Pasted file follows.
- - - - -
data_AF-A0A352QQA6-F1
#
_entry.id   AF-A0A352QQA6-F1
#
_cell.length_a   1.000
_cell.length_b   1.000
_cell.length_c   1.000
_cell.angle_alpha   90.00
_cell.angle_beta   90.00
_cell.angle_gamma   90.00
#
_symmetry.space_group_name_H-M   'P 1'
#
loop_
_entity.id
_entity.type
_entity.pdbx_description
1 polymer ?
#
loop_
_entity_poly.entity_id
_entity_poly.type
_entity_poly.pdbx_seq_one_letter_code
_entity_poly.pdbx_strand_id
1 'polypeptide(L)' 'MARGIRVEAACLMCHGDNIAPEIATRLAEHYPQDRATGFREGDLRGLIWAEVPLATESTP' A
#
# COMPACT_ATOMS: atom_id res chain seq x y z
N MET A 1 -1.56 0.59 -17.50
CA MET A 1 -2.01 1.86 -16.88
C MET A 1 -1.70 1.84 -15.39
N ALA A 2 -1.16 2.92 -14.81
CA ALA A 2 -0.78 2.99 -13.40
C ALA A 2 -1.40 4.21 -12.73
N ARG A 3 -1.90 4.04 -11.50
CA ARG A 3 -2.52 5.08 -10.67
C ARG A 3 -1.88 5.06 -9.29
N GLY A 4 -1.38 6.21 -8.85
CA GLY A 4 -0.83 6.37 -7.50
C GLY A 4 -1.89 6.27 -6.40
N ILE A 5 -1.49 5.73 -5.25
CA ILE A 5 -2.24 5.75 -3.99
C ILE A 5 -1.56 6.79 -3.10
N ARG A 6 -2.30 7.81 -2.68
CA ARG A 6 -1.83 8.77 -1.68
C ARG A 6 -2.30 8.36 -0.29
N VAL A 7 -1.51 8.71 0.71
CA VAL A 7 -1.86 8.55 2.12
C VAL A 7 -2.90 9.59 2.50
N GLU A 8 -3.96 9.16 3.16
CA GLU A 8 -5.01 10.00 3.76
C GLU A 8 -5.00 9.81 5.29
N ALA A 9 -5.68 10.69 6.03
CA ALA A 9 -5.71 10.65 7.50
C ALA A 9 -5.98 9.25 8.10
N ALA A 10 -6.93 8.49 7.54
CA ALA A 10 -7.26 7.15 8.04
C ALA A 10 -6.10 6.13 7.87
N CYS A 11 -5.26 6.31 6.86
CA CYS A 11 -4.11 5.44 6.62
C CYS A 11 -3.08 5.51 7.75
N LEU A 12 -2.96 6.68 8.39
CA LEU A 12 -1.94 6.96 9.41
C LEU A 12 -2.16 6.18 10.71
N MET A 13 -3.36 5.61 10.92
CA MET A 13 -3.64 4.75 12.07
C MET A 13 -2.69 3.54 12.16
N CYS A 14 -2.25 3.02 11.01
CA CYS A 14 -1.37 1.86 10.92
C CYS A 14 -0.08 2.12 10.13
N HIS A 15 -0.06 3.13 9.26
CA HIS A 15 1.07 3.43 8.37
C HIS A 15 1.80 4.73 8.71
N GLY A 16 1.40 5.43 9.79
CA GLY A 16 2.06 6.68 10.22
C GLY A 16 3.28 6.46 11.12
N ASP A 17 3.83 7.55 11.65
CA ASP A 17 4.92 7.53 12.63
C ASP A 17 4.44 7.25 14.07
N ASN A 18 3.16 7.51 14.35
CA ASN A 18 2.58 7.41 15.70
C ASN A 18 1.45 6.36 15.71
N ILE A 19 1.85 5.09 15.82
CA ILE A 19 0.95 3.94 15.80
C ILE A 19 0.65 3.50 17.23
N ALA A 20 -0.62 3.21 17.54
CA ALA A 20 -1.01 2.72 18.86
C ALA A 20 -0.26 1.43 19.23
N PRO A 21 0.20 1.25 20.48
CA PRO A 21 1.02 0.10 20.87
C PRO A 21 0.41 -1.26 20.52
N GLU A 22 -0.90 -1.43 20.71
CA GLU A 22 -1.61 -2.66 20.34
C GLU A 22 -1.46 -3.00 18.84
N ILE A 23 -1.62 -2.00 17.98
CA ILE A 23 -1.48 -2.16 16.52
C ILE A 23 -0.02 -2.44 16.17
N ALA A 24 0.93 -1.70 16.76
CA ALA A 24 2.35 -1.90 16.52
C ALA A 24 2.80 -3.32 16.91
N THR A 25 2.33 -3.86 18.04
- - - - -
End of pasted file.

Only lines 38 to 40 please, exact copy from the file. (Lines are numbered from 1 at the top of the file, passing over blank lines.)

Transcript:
CA GLY A 4 -0.83 6.37 -7.50
C GLY A 4 -1.89 6.27 -6.40
N ILE A 5 -1.49 5.73 -5.25